Once you start reading hundreds of books (many of which cover fairly recent advances in fields such as health & wellness, psychology, personal effectiveness and personal finance), you start to get a pretty good idea of better ways to live. Now that I know what I know about health and diet, for example, I want to shout it from the rooftops (especially after seeing what happened to my own family) that you don't have to be sick and dying and dead—that there's a better way.
You would think that most people would be interested in hearing new information that would allow them to “live deep and suck out all the marrow of life,” but you would be wrong. As my dad says, “You can tell them, but you can't tell them much.” In fairness, I think a significant part of the reason for that isn't due to human nature or individual laziness or thoughtlessness but because of the self-reinforcing physiological downward spiral that most Americans are in due to unhealthy food, drugs, a sedentary lifestyle, television and social media, and a lack of sleep, sunshine, nature, clean air and water, purpose and human connection.
When your body isn't healthy, neither is your brain. It doesn't have the energy or drive to do things like read books or blogs, think critically, or have stimulating conversations with informed people. Just like a body in a La-Z-Boy, it just wants to sit there, passively and mindlessly consuming CNN, Entertainment Tonight, and maybe the new “Barbie” movie. Their interaction with other human beings is limited to clicking the “Like” button, working as a serf on Mark Zuckerberg's digital plantation so he can dispense more Zuck Bucks before the next election.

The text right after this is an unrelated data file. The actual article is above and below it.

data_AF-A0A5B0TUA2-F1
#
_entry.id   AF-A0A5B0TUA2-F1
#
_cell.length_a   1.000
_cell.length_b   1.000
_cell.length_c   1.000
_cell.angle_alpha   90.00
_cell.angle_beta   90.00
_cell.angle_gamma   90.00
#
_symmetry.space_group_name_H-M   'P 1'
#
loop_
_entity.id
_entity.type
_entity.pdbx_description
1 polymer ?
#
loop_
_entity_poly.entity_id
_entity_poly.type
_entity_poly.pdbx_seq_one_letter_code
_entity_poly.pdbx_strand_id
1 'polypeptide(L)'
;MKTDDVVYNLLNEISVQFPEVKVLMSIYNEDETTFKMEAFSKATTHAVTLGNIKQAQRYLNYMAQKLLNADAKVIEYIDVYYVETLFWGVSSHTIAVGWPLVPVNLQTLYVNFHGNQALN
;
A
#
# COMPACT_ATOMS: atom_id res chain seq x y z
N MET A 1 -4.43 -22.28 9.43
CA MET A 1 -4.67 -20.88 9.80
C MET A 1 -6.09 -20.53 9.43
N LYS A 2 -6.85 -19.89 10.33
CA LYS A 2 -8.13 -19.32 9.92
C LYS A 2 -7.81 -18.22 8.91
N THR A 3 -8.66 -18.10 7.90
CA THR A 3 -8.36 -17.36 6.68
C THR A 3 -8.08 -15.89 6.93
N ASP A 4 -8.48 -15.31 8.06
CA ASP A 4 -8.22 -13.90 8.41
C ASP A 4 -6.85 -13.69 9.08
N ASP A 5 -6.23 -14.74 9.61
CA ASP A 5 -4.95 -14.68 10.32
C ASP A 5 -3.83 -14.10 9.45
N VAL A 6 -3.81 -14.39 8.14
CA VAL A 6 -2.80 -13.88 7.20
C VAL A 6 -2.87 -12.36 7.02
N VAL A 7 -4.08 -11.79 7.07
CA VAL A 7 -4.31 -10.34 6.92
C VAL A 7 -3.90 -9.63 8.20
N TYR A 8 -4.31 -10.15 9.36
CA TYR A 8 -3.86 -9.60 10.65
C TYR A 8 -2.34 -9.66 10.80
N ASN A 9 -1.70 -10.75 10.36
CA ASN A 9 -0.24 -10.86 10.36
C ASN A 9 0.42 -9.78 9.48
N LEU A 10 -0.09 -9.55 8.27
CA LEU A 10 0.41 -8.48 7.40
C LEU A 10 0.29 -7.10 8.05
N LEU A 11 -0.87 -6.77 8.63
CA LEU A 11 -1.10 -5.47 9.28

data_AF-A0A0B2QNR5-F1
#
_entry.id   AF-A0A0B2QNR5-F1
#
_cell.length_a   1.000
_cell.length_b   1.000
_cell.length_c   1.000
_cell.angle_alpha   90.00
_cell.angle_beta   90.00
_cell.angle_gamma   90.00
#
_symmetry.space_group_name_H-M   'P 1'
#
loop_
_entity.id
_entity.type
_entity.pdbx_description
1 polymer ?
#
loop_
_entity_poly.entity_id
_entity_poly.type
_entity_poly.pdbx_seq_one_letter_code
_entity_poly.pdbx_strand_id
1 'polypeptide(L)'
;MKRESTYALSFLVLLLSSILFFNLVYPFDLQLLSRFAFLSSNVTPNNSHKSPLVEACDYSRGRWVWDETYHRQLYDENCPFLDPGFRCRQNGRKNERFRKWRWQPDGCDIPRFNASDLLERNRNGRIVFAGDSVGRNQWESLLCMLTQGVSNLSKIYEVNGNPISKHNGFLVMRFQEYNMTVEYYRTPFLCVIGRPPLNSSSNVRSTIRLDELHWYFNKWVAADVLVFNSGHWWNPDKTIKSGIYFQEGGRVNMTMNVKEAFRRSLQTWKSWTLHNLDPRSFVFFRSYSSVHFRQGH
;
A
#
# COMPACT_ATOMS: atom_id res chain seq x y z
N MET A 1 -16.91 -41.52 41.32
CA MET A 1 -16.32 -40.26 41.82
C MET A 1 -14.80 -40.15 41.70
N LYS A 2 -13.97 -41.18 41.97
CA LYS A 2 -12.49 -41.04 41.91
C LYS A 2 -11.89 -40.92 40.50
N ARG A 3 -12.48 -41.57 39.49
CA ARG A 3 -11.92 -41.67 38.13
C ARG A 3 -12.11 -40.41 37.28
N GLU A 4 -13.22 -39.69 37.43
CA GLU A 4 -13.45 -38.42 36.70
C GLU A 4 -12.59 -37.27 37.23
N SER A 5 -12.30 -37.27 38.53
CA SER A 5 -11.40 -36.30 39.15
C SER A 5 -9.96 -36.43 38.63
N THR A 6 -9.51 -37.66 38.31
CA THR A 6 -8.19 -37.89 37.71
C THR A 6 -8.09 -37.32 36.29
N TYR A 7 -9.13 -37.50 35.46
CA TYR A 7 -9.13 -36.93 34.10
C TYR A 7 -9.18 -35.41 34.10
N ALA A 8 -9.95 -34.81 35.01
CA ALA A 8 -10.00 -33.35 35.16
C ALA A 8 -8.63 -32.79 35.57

Here are the most common destructive inertial beliefs/actions/habits I see:
I can sit in a chair all day, but as long as I eat a variety of foods from the Bakery food group (cookies, doughnuts, cakes, pies, muffins, rolls, biscuits, crackers, bread, etc.), and some pasta, I should be fine. After all, for decades, the federal government recommended that I eat 6-11 servings of this per day.
I should do whatever my doctor says, because they're an authority figure (because they wear a white lab coat and carry a clipboard). Their interests are completely aligned with mine and they are not influenced by the beautiful young women who bring a free lunch for their entire staff every day, or the many thousands of dollars of cash and other benefits that pharmaceutical companies give them. They also stay current with the latest research by reading prestigious and respected medical journals.
The solution to my health problem is a drug, vaccine, injection or surgery. (The shorter the period over which a vaccine was developed, and the less time that it has been around, the more often I should have it injected into my body.) I don't need to make any changes to my current lifestyle.